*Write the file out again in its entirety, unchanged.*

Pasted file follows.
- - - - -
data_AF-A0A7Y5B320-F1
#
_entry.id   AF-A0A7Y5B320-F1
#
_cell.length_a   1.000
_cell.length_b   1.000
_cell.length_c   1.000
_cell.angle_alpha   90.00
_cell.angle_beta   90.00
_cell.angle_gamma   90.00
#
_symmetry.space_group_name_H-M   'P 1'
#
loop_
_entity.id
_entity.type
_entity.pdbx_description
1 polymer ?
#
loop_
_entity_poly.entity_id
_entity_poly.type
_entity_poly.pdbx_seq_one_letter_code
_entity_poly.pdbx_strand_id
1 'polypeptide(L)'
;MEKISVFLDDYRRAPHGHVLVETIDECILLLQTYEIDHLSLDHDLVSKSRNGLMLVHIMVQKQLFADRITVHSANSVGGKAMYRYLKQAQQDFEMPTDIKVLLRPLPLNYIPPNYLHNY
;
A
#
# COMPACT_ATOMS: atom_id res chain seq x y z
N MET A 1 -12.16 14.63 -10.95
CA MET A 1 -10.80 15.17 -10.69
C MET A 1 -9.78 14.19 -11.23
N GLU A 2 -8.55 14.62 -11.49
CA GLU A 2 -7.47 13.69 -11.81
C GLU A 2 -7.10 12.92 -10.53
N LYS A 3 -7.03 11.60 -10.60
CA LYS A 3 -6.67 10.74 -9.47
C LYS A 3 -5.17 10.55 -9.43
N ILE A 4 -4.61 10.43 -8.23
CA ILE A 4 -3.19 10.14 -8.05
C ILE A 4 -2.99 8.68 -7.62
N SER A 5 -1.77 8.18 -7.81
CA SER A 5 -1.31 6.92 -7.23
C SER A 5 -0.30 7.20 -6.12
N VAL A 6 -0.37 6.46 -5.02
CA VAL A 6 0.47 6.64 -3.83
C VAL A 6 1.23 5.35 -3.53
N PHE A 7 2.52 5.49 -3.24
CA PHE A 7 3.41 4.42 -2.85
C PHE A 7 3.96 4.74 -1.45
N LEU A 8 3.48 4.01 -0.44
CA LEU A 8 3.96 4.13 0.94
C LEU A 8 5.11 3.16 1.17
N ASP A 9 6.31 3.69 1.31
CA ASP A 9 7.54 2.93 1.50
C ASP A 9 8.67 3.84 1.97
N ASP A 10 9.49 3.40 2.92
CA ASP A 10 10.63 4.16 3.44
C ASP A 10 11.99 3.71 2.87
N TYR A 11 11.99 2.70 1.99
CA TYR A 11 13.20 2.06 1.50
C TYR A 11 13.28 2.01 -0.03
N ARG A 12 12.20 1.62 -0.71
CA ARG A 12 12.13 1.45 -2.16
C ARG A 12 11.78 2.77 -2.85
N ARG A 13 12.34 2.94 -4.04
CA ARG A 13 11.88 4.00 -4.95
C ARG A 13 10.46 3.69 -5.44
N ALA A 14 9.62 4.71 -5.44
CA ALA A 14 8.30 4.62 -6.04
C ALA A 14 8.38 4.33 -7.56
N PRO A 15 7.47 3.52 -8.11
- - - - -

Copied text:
data_AF-A0A7Y5B320-F1
#
_entry.id   AF-A0A7Y5B320-F1
#
_cell.length_a   1.000
_cell.length_b   1.000
_cell.length_c   1.000
_cell.angle_alpha   90.00
_cell.angle_beta   90.00
_cell.angle_gamma   90.00
#
_symmetry.space_group_name_H-M   'P 1'
#
loop_
_entity.id
_entity.type
_entity.pdbx_description
1 polymer ?
#
loop_
_entity_poly.entity_id
_entity_poly.type
_entity_poly.pdbx_seq_one_letter_code
_entity_poly.pdbx_strand_id
1 'polypeptide(L)'
;MEKISVFLDDYRRAPHGHVLVETIDECILLLQTYEIDHLSLDHDLVSKSRNGLMLVHIMVQKQLFADRITVHSANSVGGKAMYRYLKQAQQDFEMPTDIKVLLRPLPLNYIPPNYLHNY
;
A
#
# COMPACT_ATOMS: atom_id res chain seq x y z
N MET A 1 -12.16 14.63 -10.95
CA MET A 1 -10.80 15.17 -10.69
C MET A 1 -9.78 14.19 -11.23
N GLU A 2 -8.55 14.62 -11.49
CA GLU A 2 -7.47 13.69 -11.81
C GLU A 2 -7.10 12.92 -10.53
N LYS A 3 -7.03 11.60 -10.60
CA LYS A 3 -6.67 10.74 -9.47
C LYS A 3 -5.17 10.55 -9.43
N ILE A 4 -4.61 10.43 -8.23
CA ILE A 4 -3.19 10.14 -8.05
C ILE A 4 -2.99 8.68 -7.62
N SER A 5 -1.77 8.18 -7.81
CA SER A 5 -1.31 6.92 -7.23
C SER A 5 -0.30 7.20 -6.12
N VAL A 6 -0.37 6.46 -5.02
CA VAL A 6 0.47 6.64 -3.83
C VAL A 6 1.23 5.35 -3.53
N PHE A 7 2.52 5.49 -3.24
CA PHE A 7 3.41 4.42 -2.85
C PHE A 7 3.96 4.74 -1.45
N LEU A 8 3.48 4.01 -0.44
CA LEU A 8 3.96 4.13 0.94
C LEU A 8 5.11 3.16 1.17
N ASP A 9 6.31 3.69 1.31
CA ASP A 9 7.54 2.93 1.50
C ASP A 9 8.67 3.84 1.97
N ASP A 10 9.49 3.40 2.92
CA ASP A 10 10.63 4.16 3.44
C ASP A 10 11.99 3.71 2.87
N TYR A 11 11.99 2.70 1.99
CA TYR A 11 13.20 2.06 1.50
C TYR A 11 13.28 2.01 -0.03
N ARG A 12 12.20 1.62 -0.71
CA ARG A 12 12.13 1.45 -2.16
C ARG A 12 11.78 2.77 -2.85
N ARG A 13 12.34 2.94 -4.04
CA ARG A 13 11.88 4.00 -4.95
C ARG A 13 10.46 3.69 -5.44
N ALA A 14 9.62 4.71 -5.44
CA ALA A 14 8.30 4.62 -6.04
C ALA A 14 8.38 4.33 -7.56
N PRO A 15 7.47 3.52 -8.11